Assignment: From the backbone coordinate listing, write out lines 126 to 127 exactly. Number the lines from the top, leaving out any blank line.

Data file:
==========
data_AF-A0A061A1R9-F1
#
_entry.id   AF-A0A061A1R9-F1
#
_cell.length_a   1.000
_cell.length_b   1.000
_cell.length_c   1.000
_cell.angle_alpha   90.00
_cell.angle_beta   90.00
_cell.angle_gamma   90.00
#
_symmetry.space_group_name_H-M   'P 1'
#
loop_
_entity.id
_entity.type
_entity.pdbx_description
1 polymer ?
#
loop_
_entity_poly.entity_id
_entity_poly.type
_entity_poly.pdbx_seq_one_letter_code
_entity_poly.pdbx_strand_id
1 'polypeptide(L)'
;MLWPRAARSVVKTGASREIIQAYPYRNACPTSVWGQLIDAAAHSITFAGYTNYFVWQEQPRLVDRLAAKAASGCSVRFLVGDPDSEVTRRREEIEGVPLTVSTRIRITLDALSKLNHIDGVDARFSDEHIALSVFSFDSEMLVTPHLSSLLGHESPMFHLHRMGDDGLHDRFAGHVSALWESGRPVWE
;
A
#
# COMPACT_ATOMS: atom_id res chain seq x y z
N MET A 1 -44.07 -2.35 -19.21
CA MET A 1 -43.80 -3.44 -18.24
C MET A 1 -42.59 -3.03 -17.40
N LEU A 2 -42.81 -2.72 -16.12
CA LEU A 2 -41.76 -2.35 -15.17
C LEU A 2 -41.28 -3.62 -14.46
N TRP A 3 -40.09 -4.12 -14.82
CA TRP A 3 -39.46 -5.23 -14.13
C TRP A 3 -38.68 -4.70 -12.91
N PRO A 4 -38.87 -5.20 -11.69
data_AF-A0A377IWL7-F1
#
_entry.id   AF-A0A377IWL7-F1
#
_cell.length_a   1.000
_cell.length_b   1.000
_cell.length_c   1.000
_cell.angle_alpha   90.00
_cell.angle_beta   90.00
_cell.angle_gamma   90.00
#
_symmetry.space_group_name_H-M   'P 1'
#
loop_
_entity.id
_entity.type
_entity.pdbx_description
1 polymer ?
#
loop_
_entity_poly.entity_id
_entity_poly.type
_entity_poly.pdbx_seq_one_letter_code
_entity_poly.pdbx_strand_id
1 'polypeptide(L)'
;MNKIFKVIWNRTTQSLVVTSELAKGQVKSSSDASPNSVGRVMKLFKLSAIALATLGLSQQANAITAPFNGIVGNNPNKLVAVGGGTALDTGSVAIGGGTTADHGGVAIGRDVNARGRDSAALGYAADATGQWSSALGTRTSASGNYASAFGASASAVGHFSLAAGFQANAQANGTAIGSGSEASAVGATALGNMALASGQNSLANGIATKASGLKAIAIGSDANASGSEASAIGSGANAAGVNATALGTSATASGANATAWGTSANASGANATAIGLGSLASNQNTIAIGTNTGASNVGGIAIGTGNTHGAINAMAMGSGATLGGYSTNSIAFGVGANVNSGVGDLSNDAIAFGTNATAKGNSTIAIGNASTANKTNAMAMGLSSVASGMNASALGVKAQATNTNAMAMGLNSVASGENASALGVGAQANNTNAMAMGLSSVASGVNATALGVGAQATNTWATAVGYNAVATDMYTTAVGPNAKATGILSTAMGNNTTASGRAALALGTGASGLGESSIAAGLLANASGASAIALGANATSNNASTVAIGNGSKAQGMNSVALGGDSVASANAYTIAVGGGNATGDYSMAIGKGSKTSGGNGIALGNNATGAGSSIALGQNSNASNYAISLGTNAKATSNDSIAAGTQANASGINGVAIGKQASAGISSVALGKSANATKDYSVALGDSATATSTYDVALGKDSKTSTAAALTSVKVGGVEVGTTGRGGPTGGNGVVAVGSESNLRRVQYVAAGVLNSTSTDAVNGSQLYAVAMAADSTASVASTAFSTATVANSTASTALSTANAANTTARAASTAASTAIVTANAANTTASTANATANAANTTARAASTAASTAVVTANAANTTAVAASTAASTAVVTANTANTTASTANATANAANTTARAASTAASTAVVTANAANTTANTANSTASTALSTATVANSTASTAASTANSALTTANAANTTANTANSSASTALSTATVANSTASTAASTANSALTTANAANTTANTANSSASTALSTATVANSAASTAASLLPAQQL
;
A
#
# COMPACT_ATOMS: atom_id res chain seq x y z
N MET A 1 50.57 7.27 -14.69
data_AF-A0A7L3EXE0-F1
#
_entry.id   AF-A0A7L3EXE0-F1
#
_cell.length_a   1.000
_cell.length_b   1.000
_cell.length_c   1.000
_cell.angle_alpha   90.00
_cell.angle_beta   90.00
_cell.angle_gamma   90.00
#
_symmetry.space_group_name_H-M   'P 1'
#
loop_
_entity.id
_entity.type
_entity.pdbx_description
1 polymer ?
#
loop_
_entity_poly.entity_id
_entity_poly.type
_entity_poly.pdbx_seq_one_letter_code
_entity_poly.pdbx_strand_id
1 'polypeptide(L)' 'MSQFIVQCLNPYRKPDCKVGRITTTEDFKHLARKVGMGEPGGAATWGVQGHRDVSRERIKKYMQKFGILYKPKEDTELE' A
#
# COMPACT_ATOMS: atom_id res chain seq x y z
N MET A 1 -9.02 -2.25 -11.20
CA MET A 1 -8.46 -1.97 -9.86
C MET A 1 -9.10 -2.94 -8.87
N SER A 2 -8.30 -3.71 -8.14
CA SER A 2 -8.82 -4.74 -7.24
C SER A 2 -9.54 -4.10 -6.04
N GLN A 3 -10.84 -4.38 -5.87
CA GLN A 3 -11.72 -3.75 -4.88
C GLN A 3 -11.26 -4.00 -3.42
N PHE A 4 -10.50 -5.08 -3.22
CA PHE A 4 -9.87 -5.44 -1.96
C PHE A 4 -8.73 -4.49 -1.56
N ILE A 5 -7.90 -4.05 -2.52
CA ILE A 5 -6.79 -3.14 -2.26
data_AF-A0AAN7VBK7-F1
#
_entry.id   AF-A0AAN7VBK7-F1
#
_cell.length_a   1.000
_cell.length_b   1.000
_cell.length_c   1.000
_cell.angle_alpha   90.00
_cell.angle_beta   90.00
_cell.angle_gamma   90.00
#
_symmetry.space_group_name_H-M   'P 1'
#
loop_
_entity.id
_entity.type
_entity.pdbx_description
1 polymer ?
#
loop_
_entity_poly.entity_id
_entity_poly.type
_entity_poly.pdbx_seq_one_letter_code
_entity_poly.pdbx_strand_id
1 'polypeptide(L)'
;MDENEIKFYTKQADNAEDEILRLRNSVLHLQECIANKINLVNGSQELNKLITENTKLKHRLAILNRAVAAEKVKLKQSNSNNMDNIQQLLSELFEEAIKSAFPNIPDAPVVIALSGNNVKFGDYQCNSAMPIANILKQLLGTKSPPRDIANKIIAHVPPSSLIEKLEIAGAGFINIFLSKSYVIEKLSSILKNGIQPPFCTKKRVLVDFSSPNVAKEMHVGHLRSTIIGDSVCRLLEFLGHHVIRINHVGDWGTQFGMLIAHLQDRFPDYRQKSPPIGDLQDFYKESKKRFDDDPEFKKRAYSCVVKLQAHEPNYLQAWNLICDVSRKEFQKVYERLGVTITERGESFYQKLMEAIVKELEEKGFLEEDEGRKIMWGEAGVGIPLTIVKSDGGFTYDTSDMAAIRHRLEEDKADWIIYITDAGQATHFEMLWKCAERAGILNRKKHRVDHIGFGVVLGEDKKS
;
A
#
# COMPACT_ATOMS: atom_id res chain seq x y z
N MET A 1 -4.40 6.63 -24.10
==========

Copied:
loop_
_entity.id